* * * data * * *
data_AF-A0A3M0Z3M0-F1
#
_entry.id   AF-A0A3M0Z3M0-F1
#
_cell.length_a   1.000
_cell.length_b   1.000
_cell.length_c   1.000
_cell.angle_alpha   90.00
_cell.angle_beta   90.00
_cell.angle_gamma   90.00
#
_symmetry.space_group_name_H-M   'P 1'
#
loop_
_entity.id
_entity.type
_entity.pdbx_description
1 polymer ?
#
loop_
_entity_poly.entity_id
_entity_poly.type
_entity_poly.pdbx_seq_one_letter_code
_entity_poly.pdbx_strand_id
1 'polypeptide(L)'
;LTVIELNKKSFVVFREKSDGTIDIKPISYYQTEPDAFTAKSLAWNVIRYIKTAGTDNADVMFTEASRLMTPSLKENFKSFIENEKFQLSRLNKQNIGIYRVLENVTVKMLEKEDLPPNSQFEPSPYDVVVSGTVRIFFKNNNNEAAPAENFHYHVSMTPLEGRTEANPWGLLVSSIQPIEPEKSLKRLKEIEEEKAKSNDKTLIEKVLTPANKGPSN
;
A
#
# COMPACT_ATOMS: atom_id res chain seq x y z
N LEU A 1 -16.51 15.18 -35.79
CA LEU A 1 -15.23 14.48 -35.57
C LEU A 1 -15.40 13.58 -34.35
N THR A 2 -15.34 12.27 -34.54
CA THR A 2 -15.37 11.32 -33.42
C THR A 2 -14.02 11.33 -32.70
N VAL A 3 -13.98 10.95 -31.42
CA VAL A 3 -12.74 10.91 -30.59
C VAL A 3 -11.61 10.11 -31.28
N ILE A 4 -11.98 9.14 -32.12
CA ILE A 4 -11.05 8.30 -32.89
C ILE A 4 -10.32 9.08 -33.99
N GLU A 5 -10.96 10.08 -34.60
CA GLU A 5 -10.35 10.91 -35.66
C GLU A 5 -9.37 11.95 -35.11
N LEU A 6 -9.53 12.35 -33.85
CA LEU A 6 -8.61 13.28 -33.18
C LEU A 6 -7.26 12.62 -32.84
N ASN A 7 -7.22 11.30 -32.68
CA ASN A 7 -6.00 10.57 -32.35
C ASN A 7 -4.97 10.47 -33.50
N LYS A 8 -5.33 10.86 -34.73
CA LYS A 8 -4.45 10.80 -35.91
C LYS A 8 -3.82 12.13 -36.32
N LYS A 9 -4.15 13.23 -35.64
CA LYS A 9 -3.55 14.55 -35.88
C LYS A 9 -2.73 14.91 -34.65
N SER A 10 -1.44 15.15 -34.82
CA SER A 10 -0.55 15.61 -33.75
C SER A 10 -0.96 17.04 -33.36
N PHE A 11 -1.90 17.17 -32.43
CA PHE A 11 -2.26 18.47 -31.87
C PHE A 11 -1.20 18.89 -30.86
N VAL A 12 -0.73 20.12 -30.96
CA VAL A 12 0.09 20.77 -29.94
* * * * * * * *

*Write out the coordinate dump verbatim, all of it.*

data_AF-A0A3M0Z3M0-F1
#
_entry.id   AF-A0A3M0Z3M0-F1
#
_cell.length_a   1.000
_cell.length_b   1.000
_cell.length_c   1.000
_cell.angle_alpha   90.00
_cell.angle_beta   90.00
_cell.angle_gamma   90.00
#
_symmetry.space_group_name_H-M   'P 1'
#
loop_
_entity.id
_entity.type
_entity.pdbx_description
1 polymer ?
#
loop_
_entity_poly.entity_id
_entity_poly.type
_entity_poly.pdbx_seq_one_letter_code
_entity_poly.pdbx_strand_id
1 'polypeptide(L)'
;LTVIELNKKSFVVFREKSDGTIDIKPISYYQTEPDAFTAKSLAWNVIRYIKTAGTDNADVMFTEASRLMTPSLKENFKSFIENEKFQLSRLNKQNIGIYRVLENVTVKMLEKEDLPPNSQFEPSPYDVVVSGTVRIFFKNNNNEAAPAENFHYHVSMTPLEGRTEANPWGLLVSSIQPIEPEKSLKRLKEIEEEKAKSNDKTLIEKVLTPANKGPSN
;
A
#
# COMPACT_ATOMS: atom_id res chain seq x y z
N LEU A 1 -16.51 15.18 -35.79
CA LEU A 1 -15.23 14.48 -35.57
C LEU A 1 -15.40 13.58 -34.35
N THR A 2 -15.34 12.27 -34.54
CA THR A 2 -15.37 11.32 -33.42
C THR A 2 -14.02 11.33 -32.70
N VAL A 3 -13.98 10.95 -31.42
CA VAL A 3 -12.74 10.91 -30.59
C VAL A 3 -11.61 10.11 -31.28
N ILE A 4 -11.98 9.14 -32.12
CA ILE A 4 -11.05 8.30 -32.89
C ILE A 4 -10.32 9.08 -33.99
N GLU A 5 -10.96 10.08 -34.60
CA GLU A 5 -10.35 10.91 -35.66
C GLU A 5 -9.37 11.95 -35.11
N LEU A 6 -9.53 12.35 -33.85
CA LEU A 6 -8.61 13.28 -33.18
C LEU A 6 -7.26 12.62 -32.84
N ASN A 7 -7.22 11.30 -32.68
CA ASN A 7 -6.00 10.57 -32.35
C ASN A 7 -4.97 10.47 -33.50
N LYS A 8 -5.33 10.86 -34.73
CA LYS A 8 -4.45 10.80 -35.91
C LYS A 8 -3.82 12.13 -36.32
N LYS A 9 -4.15 13.23 -35.64
CA LYS A 9 -3.55 14.55 -35.88
C LYS A 9 -2.73 14.91 -34.65
N SER A 10 -1.44 15.15 -34.82
CA SER A 10 -0.55 15.61 -33.75
C SER A 10 -0.96 17.04 -33.36
N PHE A 11 -1.90 17.17 -32.43
CA PHE A 11 -2.26 18.47 -31.87
C PHE A 11 -1.20 18.89 -30.86
N VAL A 12 -0.73 20.12 -30.96
CA VAL A 12 0.09 20.77 -29.94